What started out as a race to build a state of the art crude oil refinery in Billings County has turned into a game of chess between the Meridian Energy Group and the conservation groups who oppose it.
The Meridian Energy Group broke ground and started site construction on the Davis Refinery in Belfield this week, and so far they have delivered on their promise to create jobs locally.
“ABC Fencing . . . Martin Construction. . . All the contractors we have on site today are from Dickinson or Belfield, ” said Lance Medlin, Executive Vice President for Meridian Energy Group.
Medlin said the project is expected to employ 500 jobs during construction, and they plan to start construction on the refinery next year.
However, conservation groups like the Dakota Resource Council are not thrilled by the site.
“Being so close to our national park. . . our precious park . . Our number one tourist spot in North Dakota,” said Linda Weiss, Dakota Resource Council.
The conservation groups major concern is the refinery’s proximity to Theodore Roosevelt National Park and its affect on the air quality, and in order to protect it they have filed four complaints against Meridian; two of them in court.
“We want to have all that information reviewed. They have missed some things, ” said Weiss.
The Dakota Resource Council and other groups are challenging Meridian’s water permit with the ND State Water Commission, and have filed a complaint with the ND Public Service Commission against Meridian for not applying for a siting permit with the PSC.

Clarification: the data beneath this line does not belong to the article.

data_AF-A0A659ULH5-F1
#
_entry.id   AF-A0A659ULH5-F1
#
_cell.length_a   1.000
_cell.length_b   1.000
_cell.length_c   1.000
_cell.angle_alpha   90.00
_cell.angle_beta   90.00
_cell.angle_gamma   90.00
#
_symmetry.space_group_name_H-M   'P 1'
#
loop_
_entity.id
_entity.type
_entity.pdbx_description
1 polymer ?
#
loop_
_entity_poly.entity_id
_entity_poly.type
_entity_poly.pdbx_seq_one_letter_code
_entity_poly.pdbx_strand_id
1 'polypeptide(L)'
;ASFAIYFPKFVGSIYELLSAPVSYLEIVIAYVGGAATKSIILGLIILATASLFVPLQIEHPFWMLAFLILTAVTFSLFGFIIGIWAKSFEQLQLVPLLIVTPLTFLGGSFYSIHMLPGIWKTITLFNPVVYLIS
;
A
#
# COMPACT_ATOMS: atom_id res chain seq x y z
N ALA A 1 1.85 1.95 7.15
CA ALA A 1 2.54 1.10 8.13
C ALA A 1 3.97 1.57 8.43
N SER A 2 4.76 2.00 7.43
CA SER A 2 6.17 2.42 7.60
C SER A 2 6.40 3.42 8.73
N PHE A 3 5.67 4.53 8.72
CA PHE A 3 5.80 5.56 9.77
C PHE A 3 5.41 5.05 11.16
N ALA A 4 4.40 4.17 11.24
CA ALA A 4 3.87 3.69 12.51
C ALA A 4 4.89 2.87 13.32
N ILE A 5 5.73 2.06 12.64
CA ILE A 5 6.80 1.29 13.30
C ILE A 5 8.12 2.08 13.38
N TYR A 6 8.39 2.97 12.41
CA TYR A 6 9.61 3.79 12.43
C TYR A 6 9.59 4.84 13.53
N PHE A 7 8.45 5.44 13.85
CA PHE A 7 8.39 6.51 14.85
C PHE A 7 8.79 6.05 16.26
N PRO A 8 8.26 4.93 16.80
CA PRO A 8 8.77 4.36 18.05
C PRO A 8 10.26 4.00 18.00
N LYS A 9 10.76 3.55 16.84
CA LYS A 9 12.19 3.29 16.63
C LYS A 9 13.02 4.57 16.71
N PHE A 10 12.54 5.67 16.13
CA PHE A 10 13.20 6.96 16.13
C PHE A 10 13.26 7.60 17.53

Refinery’s that produce at least 50,000 barrels per day are required to do so by law.
“Our maximum capacity for the Davis refinery is 49,500 bpd . . .to bring up 55,000 bpd has nothing to do with the Davis Refinery, ” said Medlin
Weiss argues Meridian’s application filed with the North Dakota Department of Health reads that the refinery has a maximum capacity to process up to 55,000 bpd, and its air quality permit said the same.
“The sum doesn’t seem to equal the whole, said Weiss.
However, Medlin said the Davis Refinery will only have the capacity to process 49,500 bpd , but they have no issue with getting a permit from the PSC if that is what the law requires.
An a official with the public service commission said the complaint was filed on June 29, 2018 and Meridian has 20 days to respond to it.
The Dakota Resource Council, Environmental Law and Policy Center, and National Parks Conservation Association have filed have filed an administrative appeal in Southwest District Court for the air quality permit to construct Meridian received from the North Dakota Department of Health in June after an 18 month review.
The Dakota Resource Council is also involved in a civil case with the energy group in South Central District Court for the zoning permit it received from Billings County.
“There is questions about the legality of the conditional use permit,” said Weiss.
The conservation group is arguing Meridian violated it’s conditional use permit by not breaking ground within a year from when it was issued in July of 2016.
“As far as we are concerned it was contingent upon a one year time frame from when they were given the permit from the health department,” said Jim Arthaud, Billings County Commissioner.
The Billings County Commission required Meridian to post a total of $3.25 million in construction bonds for the Davis Refinery, so far they have provided $265,000 for the civil construction phase and will issue more as other construction projects develop.
Arthaud and Medlin said the bonds are “standard operating procedure” for construction projects, and it has nothing to do with the resistance they facing from the conservation groups.
Meridian said the appeals will not halt construction, and it looks like a lot of moves will have to be made before someone calls check mate.
The Meridian Energy Group said they hope for the Davis Refinery to be operational by 2020.